Are you one of those special people who just absolutely loves to be in a new destination that is just filled with masses and masses of people? New strangers to meet and friends to create? Yeah, me neither. Luckily for us there are still beautiful destinations that we can retreat to in an effort to become a wandering hermit on our next vacation. Thanks to recently released statistics, we can now pinpoint the (read: best) least visited National Parks in the US.
Turtles Not Tourists
Off the coast of Florida find an escape from the hoards of Miami in the Carribean islands of the Dry Tortugas National Park. Swim in turquoise waters, dive to sunken ships and coral reefs, or climb the lighthouse and get a better view of how absolutely alone you are. (Do you hear that? It’s heaven calling.) With only around 55,000 visitors a year, set sail on empty waters and embrace the bliss of finally being alone. And what’s better than a day of being alone than a night of solitude? Overseas is one of the exclusive few to have a contract for clients to overnight in the turquoise waters.
Ten (Thousand) Things I Hate About You
Arrive to Katmai National Park and Preserve in Alaska and take in the true joy of nature: utter solitude. Watch large families of brown bears catch salmon in the rivers, walk across sprawling lava fields, and visit the famous region known as the Valley of Ten Thousand Smokes. Embrace your inner mountain man and avoid a packed hotel full of scrubs by staying in a luxury yurt with you, yourself, and nobody else. The main draw to this region though is Brooks Falls where you can get up close and personal to brown bears catching salmon as they migrate upriver. Take your time touring the region and don’t worry about irritating crowds as less than 38,000 people visit the park each year.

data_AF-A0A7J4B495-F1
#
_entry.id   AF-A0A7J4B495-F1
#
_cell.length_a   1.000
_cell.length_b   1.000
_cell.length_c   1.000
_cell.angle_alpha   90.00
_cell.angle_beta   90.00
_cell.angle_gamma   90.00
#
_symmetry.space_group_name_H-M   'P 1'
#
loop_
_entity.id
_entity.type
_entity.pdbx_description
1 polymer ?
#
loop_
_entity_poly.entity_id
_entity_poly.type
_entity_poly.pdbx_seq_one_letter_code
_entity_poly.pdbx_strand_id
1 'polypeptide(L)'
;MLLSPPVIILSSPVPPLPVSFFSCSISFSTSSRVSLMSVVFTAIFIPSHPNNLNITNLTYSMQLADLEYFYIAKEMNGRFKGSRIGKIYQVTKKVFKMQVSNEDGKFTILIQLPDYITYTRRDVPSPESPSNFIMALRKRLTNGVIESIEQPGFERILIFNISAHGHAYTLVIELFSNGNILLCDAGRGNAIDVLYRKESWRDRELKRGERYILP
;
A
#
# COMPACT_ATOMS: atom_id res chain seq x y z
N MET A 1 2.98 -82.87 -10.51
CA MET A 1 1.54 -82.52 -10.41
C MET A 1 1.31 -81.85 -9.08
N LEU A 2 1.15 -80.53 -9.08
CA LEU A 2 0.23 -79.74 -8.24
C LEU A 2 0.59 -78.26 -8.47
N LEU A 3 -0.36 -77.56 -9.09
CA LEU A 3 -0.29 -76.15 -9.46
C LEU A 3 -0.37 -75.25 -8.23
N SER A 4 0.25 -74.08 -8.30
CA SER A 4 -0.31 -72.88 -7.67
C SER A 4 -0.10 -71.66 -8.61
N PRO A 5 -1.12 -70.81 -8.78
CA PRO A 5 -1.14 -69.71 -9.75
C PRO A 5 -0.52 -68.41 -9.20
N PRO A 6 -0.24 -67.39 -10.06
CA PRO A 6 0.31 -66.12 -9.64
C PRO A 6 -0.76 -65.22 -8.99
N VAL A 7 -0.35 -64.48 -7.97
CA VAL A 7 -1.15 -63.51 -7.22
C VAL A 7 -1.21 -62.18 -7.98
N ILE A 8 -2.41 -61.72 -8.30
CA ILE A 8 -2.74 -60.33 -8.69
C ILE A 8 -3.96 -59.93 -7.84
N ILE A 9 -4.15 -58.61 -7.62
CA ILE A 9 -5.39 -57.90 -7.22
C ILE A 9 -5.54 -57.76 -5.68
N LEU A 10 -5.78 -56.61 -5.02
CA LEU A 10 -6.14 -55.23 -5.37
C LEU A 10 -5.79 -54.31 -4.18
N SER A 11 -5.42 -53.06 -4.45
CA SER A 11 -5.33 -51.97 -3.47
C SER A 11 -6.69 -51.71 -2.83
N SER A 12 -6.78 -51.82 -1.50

Beaches Without Bitches
Nothing is worse than seeing hundreds of beautiful, tanned, flawless bodies taking selfies on the beach when you’re just trying to forget about the last six months you’ve spent holed up in fluorescent lit office avoiding the sun. Skip the crowds in Hawaii and go straight to the isolated National Park of American Samoa located in the middle of the Pacific, thousands of miles away from anyone else. While you may have to fly for about fifty hours to get there, once you arrive you will be rewarded with an oasis that sees less than 30,000 visitors each year — which is perfect for those seeking palm trees, blue skies, and utter silence. Don’t worry about fighting over the last beach lounger in the sea of thousands, and instead kick back, sip your drink, and discover nirvana.
A Nation of Isolation
Don’t want to fly for fifty hours but still want to pretend like you’re the sole survivor of a nuclear winter? Then drive three hours from Seattle and head to North Cascades National Park where less than 30,000 people visit each year to see hundreds of lakes, glaciers, and stunning mountains. This park is the closest thing in the US to visiting the Alpine valleys of Switzerland, but better as they are blissfully devoid of people frolicking and singing the Sound of Music through the meadows — because who needs (or more specifically, wants) that. And with the ability to climb glaciers, kayak through topaz waters, or hike along rocky crests — who wouldn’t want to travel here?
I Don’t Caribou About You
Are you one of those (amazing) people who cries when an animal in a movie dies but are totally fine with literally anything else befalling the main characters? Well, Kobuk Valley National Park is the place for you and happens to be the second great Alaskan wilderness to make our list. With half a million caribou wandering about on their migration, and less than 15,000 people visiting a year, the odds are stacked in your favor for having a blissful vacation in a vacant park. Besides the caribou, bare witness to the largest active sand dunes in the Arctic, and hike along the tops of the massive geological remnants of the last Ice Age.